The near-simultaneous bombing attacks on the US Embassies in Nairobi, Kenya and Dar es Salaam, Tanzania took place on 7 August 1998. The bombings of the embassies happened on the eight-year anniversary of the start of Operation Desert Shield. In Nairobi, where the US Embassy was located in a congested downtown area, the attack killed 291 persons and wounded about 5,000. The bombing in Dar es Salaam killed 10 persons and wounded 77.[8]

2000 October 12Port at Aden, Yemen

Bombing of USS Cole
On October 12, 2000, the U.S. Navy destroyer Cole was attacked by a small boat laden with explosives during a brief refueling stop in the harbor of Aden, Yemen. The suicide terrorist attack killed 17 members of the ship’s crew, wounded 39 others, and seriously damaged the ship. Evidence developed to date suggests that it may have been carried out by Islamic militants with possible connections to the terrorist network led by Usama bin Ladin.[9]

2001 September 11New York, United States

9/11 World Trade Center Attack
The September 11 attacks were a series of four coordinated terrorist attacks launched by the Islamic terrorist group al-Qaeda upon the United States in New York City and the Washington, D.C. metropolitan area on Tuesday, September 11, 2001. The attacks killed almost 3000 people and caused at least $10 billion in property and infrastructure damage.[10]

2001 September 18 United States

Anthrax Attacks
In 2001, anthrax attacks through the U.S. mail infected 11 people with inhalational anthrax, of which five died. An additional 11 people were infected with cutaneous (skin) anthrax, of which there were no fatalities.[11]

2004 September 1Beslan, Russia

Beslan Massacre
The Beslan school hostage crisis started the first of September 2004, lasted three days and involved the capture of over 1,100 people as hostages (including 777 children),ending with the death of over 380 people. The crisis began when a group of armed Islamic separatist militants, mostly Ingush and Chechen, occupied School Number One (SNO) in the town of Beslan, North Ossetia.

2008 November 26 Mumbai, India

Mumbai AttacksThe 2008 Mumbai attacks were twelve coordinated shooting and bombing terrorist attacks lasting four days across Mumbai, India's largest city, by members of Lashkar-e-Taiba. Ajmal Kasab, the only attacker who was captured alive, later confessed upon interrogation that the attacks were conducted with the support of Pakistan's Inter-Services Intelligence (ISI).[12]

2013 April 15 Boston, United States

Boston Marathon Bombings
On April 15, 2013, two pressure cooker bombs exploded during the Boston Marathon at 2:49 pm EDT, killing 3 people and injuring an estimated 264 others. The bombs exploded about 12 seconds and 210 yards (190 m) apart, near the finish line on Boylston Street.

The suspects were identified later that day as Chechen brothers Dzhokhar and Tamerlan Tsarnaev. Tamerlan Tsarnaev was shot several times in a firefight with police and subsequently run over by the car then driven by his brother, who escaped. He was pronounced dead at the scene. Dzhokhar, also shot, was found hiding in a boat in a back yard and was arrested and taken to a hospital shortly thereafter.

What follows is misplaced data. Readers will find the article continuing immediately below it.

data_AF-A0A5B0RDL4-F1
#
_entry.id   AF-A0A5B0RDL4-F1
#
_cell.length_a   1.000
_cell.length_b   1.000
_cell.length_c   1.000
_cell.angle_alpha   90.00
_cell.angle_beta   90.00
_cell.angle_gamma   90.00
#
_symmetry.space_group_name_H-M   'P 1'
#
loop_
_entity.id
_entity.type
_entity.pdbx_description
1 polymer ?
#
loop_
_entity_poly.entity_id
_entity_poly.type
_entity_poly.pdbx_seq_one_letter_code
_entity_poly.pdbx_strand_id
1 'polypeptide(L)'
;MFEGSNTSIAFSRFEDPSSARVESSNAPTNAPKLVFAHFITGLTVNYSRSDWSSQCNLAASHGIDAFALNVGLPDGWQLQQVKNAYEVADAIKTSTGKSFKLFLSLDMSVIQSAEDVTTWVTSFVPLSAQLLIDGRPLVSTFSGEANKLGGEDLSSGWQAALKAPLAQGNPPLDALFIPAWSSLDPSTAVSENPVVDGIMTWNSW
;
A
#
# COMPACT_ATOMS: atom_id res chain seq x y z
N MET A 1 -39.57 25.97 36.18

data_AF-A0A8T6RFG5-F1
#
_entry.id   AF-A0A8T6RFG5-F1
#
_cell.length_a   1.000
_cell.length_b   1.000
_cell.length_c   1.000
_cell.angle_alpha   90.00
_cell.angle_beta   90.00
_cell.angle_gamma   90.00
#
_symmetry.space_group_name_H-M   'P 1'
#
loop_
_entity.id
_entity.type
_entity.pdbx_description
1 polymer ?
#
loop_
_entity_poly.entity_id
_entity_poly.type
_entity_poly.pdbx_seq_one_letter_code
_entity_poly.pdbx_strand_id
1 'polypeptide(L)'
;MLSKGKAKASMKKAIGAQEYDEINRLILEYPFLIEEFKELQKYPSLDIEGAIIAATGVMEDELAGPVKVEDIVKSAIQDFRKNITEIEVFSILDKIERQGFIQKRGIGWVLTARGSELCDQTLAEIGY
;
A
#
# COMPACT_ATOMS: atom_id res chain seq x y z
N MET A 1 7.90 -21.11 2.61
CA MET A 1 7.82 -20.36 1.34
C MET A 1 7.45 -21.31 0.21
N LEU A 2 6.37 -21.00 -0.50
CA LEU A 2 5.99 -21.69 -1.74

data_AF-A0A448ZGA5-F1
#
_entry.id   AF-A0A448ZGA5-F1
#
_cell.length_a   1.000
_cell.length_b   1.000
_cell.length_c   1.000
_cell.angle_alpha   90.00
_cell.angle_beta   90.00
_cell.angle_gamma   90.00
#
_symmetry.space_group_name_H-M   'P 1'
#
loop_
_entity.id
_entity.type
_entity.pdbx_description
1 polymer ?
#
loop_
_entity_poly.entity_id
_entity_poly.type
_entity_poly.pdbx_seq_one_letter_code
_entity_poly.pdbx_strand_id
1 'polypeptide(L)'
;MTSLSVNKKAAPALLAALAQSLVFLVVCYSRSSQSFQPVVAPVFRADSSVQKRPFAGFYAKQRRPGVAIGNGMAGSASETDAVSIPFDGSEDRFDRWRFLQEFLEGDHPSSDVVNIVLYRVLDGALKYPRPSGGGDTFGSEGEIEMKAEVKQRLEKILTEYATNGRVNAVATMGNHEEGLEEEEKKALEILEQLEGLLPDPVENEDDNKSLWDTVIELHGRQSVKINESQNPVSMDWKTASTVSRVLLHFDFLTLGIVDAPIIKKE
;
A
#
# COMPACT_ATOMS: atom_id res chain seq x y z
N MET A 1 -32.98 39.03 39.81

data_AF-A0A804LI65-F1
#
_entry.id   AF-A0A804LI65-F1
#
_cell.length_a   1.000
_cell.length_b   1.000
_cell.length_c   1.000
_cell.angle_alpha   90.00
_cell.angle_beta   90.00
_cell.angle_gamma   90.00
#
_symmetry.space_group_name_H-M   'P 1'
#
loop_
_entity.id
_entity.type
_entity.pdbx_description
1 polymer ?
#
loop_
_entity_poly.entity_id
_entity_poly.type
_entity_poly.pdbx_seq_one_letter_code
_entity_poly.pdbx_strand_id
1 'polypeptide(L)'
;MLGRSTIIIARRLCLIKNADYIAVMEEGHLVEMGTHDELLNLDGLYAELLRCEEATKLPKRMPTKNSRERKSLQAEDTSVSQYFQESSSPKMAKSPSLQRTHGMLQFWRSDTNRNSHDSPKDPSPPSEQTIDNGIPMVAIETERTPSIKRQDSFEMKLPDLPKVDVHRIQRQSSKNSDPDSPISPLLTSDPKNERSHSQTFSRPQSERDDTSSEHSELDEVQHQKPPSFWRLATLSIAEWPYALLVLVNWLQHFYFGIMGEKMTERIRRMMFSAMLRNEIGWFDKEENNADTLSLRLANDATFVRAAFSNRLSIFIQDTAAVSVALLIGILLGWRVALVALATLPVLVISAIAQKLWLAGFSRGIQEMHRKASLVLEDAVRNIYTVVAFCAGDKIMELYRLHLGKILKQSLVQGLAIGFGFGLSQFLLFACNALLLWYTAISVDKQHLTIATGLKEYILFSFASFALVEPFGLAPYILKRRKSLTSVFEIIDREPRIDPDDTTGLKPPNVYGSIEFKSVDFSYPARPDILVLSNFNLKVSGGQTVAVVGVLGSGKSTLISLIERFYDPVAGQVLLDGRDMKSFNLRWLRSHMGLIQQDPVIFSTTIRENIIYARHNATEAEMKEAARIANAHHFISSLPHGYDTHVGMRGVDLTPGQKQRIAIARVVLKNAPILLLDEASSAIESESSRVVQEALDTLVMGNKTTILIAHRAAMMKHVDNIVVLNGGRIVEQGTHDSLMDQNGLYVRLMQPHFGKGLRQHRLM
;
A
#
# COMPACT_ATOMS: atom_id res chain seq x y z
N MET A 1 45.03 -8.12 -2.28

During an initial interrogation in the hospital, Dzhokhar said they were motivated by extremist Islamist beliefs and the wars in Iraq and Afghanistan, and that they were self-radicalized and unconnected to any outside terrorist groups.[13]



  1. FBI – A Byte Out of History Terror on Wall Street: http://www.fbi.gov/news/stories/2007/september/wallstreet_091307
  2. A Rand Note: Puerto Rican Terrorists: A Possible Threat to U.S. Energy Installations: http://www.rand.org/content/dam/rand/pubs/notes/2005/N1764.pdf
  3. U.S. Marines Blog – 30th Anniversary of Beruit Bombing: Survivor Shares his Story: http://marines.dodlive.mil/2013/10/22/30th-anniversary-of-beirut-bombing-survivor-shares-his-story/
  4. U.S. Department of Homeland Security – Biological Attack: The Danger: http://www.dhs.gov/biological-attack-danger
  5. CIA Museum: https://www.cia.gov/about-cia/cia-museum/experience-the-collection/text-version/stories/terrorist-bombing-of-pan-am-flight-103.html
  6. FBI – First Strike: Global Terror in America: http://www.fbi.gov/news/stories/2008/february/tradebom_022608
  7. FBI – Terror Hits Home: The Oklahoma City Bombing: http://www.fbi.gov/about-us/history/famous-cases/oklahoma-city-bombing
  8. U.S. Department of Defense – U.S. Charges Suspect in African Embassy Bombing: http://www.defense.gov/news/newsarticle.aspx?id=49422
  9. The Navy Department Library – Terrorist Attack on USS Cole: Background and Issues for Congress: http://www.history.navy.mil/library/online/usscole_crsreport.htm
  10. The National Commission on Terrorist Attacks Upon the United States (9-11 Commission): http://www.9-11commission.gov/report/
  11. U.S. Department of Homeland Security – Biological Attack: The Danger: http://www.dhs.gov/biological-attack-danger
  12. Senate Hearing 111-581 – Lessons from the Mambai Terrorist Attacks – Parts i and II: http://www.gpo.gov/fdsys/pkg/CHRG-111shrg49484/html/CHRG-111shrg49484.htm
  13. FBI – Updates on Investigation Into Multiple Explosions in Boston: http://www.fbi.gov/news/updates-on-investigation-into-multiple-explosions-in-boston